The term Gothic is significant for the understanding of the origins and development of the horror genre. Both of these genres differ, whilst Gothic literature is the text that explores the frightening extremes in mankind, horror focuses more on the unknown. The Gothic horror genre has changed over time and retains importance because it is the antecedent of the horror genre. Factors such as the definition of the word Gothic, the archetypes of the genre, and its social and historical contexts, have altered considerably as time progressed. The value and popularity given to the gothic horror genre has also varied during the past few centuries. As a result, in order to understand the horror genre's foundations, it is important to observe the Gothic novel's modifications.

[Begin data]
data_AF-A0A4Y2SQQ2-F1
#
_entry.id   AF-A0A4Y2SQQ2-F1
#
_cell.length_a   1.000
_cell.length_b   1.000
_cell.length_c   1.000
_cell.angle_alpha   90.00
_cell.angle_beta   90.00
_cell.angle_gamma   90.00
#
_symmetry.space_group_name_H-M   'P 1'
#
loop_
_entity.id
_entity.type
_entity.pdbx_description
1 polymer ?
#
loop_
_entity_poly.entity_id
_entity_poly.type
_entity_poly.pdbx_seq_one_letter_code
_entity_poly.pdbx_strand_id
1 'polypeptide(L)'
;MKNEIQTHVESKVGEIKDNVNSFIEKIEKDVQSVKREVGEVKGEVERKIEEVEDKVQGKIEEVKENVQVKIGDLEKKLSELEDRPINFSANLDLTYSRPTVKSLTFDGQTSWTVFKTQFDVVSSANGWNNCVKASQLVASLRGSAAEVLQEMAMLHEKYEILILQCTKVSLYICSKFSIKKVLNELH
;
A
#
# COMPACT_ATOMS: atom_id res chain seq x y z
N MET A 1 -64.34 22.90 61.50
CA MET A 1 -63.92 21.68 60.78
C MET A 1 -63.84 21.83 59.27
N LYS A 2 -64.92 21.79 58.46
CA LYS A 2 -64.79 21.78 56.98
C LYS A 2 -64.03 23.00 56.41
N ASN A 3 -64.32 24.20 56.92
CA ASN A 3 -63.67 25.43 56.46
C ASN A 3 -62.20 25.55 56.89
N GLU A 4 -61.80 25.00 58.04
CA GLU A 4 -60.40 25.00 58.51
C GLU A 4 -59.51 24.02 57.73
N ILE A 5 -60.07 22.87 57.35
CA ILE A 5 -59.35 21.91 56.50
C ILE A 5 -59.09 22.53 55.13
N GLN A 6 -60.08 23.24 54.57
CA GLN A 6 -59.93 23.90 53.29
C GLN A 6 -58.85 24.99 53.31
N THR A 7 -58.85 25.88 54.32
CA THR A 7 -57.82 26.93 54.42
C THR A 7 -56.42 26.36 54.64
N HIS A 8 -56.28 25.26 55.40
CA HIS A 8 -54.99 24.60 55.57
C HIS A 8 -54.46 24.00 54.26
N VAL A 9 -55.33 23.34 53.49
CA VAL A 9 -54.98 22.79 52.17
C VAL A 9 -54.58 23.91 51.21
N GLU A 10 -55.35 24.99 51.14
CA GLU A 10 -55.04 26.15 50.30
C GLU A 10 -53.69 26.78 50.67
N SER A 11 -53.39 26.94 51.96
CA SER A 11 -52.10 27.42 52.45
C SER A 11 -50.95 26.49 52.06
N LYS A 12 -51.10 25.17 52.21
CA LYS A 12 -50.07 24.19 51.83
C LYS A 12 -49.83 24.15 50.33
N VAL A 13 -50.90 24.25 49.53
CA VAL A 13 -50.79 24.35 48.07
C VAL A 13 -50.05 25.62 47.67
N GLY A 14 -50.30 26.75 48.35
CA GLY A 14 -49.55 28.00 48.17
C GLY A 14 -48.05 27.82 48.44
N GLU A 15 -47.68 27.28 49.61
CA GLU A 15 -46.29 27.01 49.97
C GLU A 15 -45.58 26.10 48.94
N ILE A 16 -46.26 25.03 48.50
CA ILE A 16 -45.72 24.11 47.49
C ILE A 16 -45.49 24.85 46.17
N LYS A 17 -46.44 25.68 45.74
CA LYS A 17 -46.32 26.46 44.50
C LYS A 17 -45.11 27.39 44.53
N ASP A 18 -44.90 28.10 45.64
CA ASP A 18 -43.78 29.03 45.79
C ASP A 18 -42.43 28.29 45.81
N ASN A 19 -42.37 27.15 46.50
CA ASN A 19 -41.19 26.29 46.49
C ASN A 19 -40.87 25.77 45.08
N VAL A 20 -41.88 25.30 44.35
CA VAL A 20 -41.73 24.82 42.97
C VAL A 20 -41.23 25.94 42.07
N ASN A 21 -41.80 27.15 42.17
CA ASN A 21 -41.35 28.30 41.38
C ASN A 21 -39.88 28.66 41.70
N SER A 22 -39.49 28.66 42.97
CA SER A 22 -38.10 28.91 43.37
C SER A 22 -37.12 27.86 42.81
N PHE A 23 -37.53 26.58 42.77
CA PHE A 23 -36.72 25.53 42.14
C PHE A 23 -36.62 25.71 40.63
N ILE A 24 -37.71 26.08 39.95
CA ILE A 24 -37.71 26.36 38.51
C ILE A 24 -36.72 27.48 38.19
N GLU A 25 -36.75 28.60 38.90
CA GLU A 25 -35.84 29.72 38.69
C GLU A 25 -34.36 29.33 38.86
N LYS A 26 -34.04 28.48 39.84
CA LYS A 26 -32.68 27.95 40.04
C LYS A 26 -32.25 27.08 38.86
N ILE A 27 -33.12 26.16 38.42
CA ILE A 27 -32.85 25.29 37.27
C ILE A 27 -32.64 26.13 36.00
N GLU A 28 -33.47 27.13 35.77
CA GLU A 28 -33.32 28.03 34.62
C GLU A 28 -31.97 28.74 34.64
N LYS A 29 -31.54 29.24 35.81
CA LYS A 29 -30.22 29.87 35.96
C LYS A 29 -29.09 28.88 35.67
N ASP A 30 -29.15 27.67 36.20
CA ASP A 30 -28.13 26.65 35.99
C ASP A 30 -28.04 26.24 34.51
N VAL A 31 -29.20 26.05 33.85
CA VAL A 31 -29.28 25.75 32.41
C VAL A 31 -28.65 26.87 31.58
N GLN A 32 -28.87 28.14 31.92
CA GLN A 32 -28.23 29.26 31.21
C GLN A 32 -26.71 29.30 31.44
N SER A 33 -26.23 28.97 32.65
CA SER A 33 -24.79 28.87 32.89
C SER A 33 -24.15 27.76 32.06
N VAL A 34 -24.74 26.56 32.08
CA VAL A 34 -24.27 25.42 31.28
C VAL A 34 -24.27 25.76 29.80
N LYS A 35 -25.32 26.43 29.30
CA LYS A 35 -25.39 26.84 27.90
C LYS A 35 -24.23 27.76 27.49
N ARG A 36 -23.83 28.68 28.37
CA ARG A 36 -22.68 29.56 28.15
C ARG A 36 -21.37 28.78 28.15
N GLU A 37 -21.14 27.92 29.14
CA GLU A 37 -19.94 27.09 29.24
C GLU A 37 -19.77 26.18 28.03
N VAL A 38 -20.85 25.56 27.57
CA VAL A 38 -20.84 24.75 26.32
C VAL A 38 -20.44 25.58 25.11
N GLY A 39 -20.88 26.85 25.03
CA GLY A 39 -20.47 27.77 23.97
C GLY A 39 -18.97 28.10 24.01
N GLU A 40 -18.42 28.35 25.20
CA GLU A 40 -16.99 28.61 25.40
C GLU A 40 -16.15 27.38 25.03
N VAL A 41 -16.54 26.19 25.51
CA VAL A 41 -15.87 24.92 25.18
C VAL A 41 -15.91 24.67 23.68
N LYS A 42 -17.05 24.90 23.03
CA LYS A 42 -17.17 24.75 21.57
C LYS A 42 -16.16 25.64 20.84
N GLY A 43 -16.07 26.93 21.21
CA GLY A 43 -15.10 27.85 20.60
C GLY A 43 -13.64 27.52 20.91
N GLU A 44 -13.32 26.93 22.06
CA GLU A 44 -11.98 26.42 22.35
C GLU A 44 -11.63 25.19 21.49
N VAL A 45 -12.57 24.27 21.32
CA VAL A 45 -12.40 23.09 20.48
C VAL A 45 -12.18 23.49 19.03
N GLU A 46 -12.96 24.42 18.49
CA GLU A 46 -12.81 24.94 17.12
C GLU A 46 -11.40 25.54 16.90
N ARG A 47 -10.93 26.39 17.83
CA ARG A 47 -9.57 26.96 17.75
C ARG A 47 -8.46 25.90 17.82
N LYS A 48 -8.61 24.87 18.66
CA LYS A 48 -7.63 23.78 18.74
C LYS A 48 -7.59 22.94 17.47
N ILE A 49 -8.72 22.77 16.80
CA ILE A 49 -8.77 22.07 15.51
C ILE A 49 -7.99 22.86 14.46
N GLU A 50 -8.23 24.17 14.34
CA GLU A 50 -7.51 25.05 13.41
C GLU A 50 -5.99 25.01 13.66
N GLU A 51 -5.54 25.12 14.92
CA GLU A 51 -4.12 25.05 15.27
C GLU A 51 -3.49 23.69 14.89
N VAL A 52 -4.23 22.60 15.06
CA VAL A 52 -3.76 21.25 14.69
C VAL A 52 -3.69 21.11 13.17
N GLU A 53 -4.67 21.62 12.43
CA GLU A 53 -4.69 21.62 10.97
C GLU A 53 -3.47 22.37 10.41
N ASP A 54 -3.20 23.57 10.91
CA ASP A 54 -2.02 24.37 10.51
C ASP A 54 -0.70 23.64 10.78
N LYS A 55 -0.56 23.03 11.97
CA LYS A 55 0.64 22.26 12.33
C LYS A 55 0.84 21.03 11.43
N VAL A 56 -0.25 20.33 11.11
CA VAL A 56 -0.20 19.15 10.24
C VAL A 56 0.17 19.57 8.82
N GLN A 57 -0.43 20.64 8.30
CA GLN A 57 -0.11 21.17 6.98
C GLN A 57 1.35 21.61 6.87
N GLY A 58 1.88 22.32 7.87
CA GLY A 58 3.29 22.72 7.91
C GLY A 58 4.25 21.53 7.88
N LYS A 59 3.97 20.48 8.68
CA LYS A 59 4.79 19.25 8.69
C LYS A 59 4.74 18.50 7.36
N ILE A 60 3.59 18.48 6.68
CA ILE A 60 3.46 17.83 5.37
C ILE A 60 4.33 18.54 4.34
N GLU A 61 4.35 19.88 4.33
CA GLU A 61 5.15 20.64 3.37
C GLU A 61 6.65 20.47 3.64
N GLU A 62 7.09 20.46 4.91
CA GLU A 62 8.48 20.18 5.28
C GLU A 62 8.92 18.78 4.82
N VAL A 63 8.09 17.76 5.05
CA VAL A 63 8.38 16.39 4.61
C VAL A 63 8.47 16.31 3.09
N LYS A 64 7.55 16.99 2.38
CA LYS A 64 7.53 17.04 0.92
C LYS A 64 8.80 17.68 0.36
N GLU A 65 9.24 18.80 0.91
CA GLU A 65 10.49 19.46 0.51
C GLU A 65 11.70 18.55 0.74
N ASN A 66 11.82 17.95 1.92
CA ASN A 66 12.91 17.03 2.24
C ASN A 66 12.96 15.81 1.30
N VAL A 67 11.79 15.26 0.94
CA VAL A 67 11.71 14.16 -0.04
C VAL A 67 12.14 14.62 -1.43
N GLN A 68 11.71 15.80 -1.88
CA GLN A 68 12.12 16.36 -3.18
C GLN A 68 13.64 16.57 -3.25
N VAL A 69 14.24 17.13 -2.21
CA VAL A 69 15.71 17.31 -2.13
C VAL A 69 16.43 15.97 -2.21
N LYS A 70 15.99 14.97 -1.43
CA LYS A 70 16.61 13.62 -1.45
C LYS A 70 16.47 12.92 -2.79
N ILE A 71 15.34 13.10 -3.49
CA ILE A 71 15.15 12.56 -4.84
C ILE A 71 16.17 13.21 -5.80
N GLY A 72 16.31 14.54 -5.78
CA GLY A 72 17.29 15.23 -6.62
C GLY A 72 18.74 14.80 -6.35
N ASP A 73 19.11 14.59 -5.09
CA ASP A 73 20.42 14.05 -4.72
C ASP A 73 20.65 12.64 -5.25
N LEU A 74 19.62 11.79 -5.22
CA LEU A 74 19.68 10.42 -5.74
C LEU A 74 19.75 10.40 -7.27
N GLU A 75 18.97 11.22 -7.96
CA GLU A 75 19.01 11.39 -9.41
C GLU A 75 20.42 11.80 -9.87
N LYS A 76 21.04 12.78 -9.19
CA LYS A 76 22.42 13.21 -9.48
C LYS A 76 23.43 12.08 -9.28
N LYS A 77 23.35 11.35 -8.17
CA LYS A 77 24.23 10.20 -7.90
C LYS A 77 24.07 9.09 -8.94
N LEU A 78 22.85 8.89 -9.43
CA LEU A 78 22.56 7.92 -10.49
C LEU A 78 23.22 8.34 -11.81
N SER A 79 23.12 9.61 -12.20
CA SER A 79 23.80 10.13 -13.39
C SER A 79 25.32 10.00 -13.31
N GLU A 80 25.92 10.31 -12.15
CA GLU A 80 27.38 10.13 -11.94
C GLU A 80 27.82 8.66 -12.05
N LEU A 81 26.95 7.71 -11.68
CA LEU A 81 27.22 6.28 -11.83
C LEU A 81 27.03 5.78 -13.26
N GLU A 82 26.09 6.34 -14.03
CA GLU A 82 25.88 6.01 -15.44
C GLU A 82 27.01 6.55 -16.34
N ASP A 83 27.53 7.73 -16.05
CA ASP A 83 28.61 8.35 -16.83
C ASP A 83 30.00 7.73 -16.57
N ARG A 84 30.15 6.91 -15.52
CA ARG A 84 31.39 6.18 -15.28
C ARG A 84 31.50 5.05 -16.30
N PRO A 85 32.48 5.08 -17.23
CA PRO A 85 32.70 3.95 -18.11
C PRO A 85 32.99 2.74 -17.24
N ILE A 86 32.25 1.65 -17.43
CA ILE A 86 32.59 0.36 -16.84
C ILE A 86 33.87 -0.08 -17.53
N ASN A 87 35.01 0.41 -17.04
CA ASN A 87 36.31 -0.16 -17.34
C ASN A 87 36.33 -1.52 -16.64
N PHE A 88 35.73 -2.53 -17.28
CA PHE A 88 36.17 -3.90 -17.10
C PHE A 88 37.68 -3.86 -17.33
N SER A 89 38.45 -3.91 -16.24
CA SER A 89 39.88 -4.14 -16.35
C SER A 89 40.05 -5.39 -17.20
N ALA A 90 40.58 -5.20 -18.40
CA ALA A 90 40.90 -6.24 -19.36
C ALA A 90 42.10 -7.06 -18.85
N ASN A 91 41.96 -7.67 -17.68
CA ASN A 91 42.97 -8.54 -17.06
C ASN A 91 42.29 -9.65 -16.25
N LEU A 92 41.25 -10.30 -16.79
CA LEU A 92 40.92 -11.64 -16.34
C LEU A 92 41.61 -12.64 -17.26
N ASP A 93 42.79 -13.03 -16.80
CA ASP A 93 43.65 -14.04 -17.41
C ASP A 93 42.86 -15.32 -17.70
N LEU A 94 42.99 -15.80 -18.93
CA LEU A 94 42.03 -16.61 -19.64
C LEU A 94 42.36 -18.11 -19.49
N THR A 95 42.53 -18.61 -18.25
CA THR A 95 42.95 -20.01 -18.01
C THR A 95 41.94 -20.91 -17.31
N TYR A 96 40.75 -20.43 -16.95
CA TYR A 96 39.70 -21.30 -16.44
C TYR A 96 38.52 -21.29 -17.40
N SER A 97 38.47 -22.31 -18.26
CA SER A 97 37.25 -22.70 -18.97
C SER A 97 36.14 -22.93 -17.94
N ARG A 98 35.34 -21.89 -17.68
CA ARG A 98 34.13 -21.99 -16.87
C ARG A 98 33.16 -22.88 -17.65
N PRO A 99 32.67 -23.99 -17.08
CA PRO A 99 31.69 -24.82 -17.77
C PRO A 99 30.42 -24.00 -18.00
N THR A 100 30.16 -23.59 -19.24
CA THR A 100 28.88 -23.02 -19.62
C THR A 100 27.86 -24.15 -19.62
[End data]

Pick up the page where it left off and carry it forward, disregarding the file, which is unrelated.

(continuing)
Horror stories have existed for thousands of years, initially in the form of verbal communication. The themes of ruthless enemies and supernatural beings were common themes in myths in an attempt to set morals. However, at present, the true horror literature in its written form mostly aims to entertain. Its forerunner, the Gothic novel, rose in the eighteenth century and was extremely popular until the nineteenth century in England. The meaning of gothic' varies exceedingly. The word initially refers to German tribes that took part in overthrowing Rome. This word can be perceived as a synonymous for barbarous and dreadful. Similarly, the horror genre also has factors of monstrosity and dread. The "Gothic" style of architecture was famous in the middle ages and has been found on many cathedrals such as Notre Dame. Historians would describe this style as "gothic" to suggest their negative opinion of the architecture, that it was tasteless and dry. Instead of conforming to this perception, people were only led to believe the word to mean "dark and ominous". Gothic architecture, with the foreboding atmosphere posed around it, correlates with the Gothic novel because it has been a prevalent backdrop to...
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